As I alluded to in my last post, we have been discussing Marxism in class recently, which has many connection to today's world. Although not many, if any at all, nations are Marxist country's, almost every society has some piece of Marxism within it. For example; since Marx released his ideas, we have been witness to communist nations (famously Russia, China, North Korea, and Cuba), socialist nations (Sweden and other Scandavian countries, as well as other countries), and even capitalist countries that have some fragments of Marxism. The idea of Marxism, is a social and economic system that is primarily known for its lack of classes. Sounds similar to both Communism and Socialism. Obviously, nations that use these religions two systems take a lot from Marxism, but nations who follow capitalism (which is the system that sparked the rebellion of Marxism) also have take some ideas from the system. For example, there are many groups in our country that argue that more Marxist ideas should be implemented and there are some Liberal ideas, like affordable health care, better public education, raising the minimum wage, and trying to lower the wealth gap, that, in my opinion, relate to Marxism directly. As I said in my last post, I'm not sure if Marxism could work (there are some examples of socialism being successful and some examples of communism being totel failures), but the idea is quite interesting to me. In our country specifically, there are many people who would stand behind Marxism, and say that if it were to be implemented properly, it would work successfully... and there are many people who believe that it is utter balogna. I think it is pretty obvious that the topic of Marxism is both interesting and intriguing to me, and I believe that it has a multitude of connection to the real world today.
I debated with myself for quite some time on what I would write this reflection on, because I couldn't decide on whether to discuss the absolutely mind boggling portions of this story (the inclusion of Alice in Wonderland and other bizarre stuff) or to discuss the philosophical/ philosopher lessons that it has recently taught. I decided to choose the later, and I am going to talk about the 19th century English Philosopher, Karl Marx. Karl Marx, a famous materialist philosopher, believed that everything, every issue and just the way society worked, revolved around economics. He saw that the way the economy ran was not the best or most fair way. Classes were always clashing, and he thought that workers and the capitalists were always in disagreements because the workers did not have a proper insentive. He thought that to improve this system, a workers revolution was needed, and if it was successful, Marxism could be implemented. Ultimately, he thought that if improvement was possible, the switch from the current, capitalist society, to a classless, socialist society was necessary. Many people believe that this system, or a system similar to it, would work well in a perfect world, or if it was just executed properly. I somewhat agree with this; socialism can work (ex. Sweden). A place where unemployment is virtually unheard of, where healthcare, education, and other social programs are affordable and affective, and where there is not a feeling of constant competition or stress between classes, mental standard of living should go up. Obviously, it isn't possible to just change our societies way of life, but maybe slightly implementing some of these ideas into capitalism could be great! Honestly, I don't know if Marxism would work, but I do think it is an interesting idea. I enjoyed this chapter and our discussion today in class, because it opened my eyes up to a different economic way of living and made me ponder how it would work in our world today.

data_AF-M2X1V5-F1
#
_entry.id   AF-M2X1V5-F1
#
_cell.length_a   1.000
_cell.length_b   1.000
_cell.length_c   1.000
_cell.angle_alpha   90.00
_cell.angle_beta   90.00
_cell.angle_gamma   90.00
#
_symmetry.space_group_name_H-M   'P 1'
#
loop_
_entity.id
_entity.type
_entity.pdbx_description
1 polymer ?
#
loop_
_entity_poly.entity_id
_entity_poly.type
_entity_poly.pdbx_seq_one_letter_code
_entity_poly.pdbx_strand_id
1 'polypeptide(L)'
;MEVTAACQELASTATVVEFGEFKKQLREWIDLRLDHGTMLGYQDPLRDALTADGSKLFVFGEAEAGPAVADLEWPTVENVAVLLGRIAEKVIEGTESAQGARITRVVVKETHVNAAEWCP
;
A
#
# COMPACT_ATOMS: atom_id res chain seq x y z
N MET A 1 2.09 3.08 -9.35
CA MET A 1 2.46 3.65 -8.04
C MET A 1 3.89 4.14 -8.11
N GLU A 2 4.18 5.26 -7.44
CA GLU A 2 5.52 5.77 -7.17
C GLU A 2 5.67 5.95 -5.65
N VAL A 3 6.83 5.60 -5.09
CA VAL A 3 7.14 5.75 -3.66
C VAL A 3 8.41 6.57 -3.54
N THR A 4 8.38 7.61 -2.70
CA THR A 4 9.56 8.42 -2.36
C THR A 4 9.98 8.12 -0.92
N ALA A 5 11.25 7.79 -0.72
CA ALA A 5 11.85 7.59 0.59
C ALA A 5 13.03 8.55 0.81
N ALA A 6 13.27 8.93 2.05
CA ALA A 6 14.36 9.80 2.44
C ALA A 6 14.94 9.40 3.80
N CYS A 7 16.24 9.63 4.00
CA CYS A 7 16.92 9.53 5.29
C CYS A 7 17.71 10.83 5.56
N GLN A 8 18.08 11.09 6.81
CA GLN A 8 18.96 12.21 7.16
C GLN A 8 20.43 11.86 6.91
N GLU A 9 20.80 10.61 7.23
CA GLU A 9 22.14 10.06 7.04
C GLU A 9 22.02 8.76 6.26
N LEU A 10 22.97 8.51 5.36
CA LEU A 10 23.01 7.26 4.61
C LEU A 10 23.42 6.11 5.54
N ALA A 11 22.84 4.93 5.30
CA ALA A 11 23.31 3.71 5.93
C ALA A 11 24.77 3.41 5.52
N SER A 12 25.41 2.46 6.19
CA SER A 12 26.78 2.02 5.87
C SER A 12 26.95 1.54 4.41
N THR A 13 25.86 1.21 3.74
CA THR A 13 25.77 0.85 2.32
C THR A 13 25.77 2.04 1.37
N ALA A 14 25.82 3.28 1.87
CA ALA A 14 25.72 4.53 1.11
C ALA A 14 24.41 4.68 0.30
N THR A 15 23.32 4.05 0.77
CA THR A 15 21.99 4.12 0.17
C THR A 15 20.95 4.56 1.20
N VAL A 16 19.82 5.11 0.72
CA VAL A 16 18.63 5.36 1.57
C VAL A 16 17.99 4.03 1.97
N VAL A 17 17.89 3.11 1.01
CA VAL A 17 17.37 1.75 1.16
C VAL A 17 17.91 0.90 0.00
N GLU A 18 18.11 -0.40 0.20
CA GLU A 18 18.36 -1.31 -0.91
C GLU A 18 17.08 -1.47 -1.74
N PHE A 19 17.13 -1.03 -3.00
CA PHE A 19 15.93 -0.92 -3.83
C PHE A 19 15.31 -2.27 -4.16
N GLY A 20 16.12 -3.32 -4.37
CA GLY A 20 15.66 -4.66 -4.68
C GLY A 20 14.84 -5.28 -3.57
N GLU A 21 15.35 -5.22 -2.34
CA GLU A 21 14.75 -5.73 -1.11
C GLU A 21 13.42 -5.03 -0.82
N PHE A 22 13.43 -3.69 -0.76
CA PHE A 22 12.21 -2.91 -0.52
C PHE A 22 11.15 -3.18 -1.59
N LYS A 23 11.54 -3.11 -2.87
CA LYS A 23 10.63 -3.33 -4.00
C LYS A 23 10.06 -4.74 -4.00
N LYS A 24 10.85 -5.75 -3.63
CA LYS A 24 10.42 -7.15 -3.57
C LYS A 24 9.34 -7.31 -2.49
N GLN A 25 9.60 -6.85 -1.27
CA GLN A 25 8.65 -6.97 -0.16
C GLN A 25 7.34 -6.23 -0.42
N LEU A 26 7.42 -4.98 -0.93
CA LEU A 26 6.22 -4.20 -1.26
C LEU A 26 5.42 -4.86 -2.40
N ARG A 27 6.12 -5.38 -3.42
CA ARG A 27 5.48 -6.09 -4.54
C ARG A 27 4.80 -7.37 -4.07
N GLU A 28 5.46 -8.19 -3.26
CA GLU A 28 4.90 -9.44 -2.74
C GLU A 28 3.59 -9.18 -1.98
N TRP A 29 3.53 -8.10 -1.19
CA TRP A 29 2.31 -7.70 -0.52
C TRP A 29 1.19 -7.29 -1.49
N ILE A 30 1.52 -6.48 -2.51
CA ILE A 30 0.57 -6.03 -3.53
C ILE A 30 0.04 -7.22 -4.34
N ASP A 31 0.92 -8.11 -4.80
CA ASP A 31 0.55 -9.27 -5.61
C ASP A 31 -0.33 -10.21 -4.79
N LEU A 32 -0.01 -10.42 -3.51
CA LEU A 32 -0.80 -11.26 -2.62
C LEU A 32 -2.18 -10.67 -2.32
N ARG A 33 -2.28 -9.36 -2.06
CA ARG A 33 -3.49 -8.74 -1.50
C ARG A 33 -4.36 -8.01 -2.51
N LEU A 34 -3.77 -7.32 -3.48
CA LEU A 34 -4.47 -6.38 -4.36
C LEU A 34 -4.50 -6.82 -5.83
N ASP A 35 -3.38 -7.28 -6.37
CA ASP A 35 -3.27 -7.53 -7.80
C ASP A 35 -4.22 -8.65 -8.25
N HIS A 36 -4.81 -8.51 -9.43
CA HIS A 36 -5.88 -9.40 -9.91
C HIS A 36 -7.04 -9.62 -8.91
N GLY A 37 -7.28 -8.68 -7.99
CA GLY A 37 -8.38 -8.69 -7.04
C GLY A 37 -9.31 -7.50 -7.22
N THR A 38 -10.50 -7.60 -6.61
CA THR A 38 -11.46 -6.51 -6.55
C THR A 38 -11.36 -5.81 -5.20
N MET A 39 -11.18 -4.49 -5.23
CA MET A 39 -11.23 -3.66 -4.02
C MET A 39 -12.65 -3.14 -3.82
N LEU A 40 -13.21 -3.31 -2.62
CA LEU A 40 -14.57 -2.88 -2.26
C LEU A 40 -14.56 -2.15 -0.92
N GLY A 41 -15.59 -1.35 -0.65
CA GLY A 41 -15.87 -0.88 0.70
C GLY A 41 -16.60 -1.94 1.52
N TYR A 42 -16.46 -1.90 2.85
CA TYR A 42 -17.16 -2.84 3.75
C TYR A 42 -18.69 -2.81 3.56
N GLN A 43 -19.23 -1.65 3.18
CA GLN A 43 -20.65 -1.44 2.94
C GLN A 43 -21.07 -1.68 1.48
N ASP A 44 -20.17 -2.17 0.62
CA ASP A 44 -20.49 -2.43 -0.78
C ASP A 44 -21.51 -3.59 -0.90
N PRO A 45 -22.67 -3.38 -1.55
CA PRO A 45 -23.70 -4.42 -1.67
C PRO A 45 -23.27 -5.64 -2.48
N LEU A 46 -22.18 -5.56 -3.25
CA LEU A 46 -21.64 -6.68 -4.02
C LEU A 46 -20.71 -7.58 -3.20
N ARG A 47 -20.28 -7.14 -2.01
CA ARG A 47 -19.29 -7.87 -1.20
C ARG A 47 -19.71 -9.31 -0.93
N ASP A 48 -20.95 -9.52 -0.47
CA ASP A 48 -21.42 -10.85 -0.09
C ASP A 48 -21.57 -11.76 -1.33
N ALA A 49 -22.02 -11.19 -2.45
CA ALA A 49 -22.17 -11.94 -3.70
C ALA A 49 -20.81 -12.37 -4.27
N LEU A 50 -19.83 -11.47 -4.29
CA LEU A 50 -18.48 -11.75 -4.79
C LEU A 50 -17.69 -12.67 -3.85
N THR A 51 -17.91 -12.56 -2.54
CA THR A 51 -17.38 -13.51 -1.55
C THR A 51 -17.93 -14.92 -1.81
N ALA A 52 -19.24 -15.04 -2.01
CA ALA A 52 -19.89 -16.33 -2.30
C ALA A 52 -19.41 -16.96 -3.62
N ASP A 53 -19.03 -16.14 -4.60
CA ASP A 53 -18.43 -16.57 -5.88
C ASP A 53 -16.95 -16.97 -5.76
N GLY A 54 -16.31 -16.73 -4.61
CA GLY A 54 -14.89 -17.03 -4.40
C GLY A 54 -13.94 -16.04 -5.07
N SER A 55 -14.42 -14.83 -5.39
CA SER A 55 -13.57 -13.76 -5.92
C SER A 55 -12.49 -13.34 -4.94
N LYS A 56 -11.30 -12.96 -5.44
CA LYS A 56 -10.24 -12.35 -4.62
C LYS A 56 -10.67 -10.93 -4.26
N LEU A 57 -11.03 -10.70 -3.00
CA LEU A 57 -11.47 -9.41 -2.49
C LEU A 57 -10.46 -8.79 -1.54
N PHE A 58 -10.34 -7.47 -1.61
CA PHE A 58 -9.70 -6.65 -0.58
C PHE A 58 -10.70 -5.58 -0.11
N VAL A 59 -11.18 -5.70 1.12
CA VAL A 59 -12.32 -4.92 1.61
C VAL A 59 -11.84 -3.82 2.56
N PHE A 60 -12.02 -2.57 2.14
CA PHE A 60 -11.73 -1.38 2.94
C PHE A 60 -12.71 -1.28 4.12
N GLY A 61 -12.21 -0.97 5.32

Monday, May 8, 2017

Once again, much of the recent lessons we have learned in class and chapters we have read in the book connect to the real world in many ways. Specifically, I would say the movie "Inception", that we recently watched in class, contains many real world connections. Inception handles many philosophical ideas, what is reality?, how do we obtain our ideas?, is it appropriate for people to try to "play God"?, etc. The movie answers. Or furthers,  all of these real world questions in a pretty interesting way. On the issue of reality, the movie gave us multiple layers. The real world, multiple layers of dreams, and limbo all were forms of reality. As we saw, each layer had an effect on the person's life and some people had different perceptions of what the "real world" was. I believe the movie pretty clearly shows what the real reality is, but it does leave room to wonder. The movie also showed a way to explain knowledge or perception. Di Caprio's team in the film both planted and extracted ideas from others minds, that could shape the ways lives play out. Obviously this isn't possible in real life, but I do wonder if some of our ideas do come from dreams. The idea of playing God came up on multiple occasions throughout the movie. Di Caprio plays God by keeping the dream Mal locked up in his subconscious, the architects play God by designing full worlds in a dream state, and Di Caprio's team plays God by extracting and planting ideas. Each of these ideas seem slightly immoral because they can hurt somebody in one way or another, but it keeps you wondering if this is ethical or even possible. All in all, the movie was both very entertaining and educational on philosophy, and it contained many relations to the real world. Plus, it left us on quite the cliff hanger!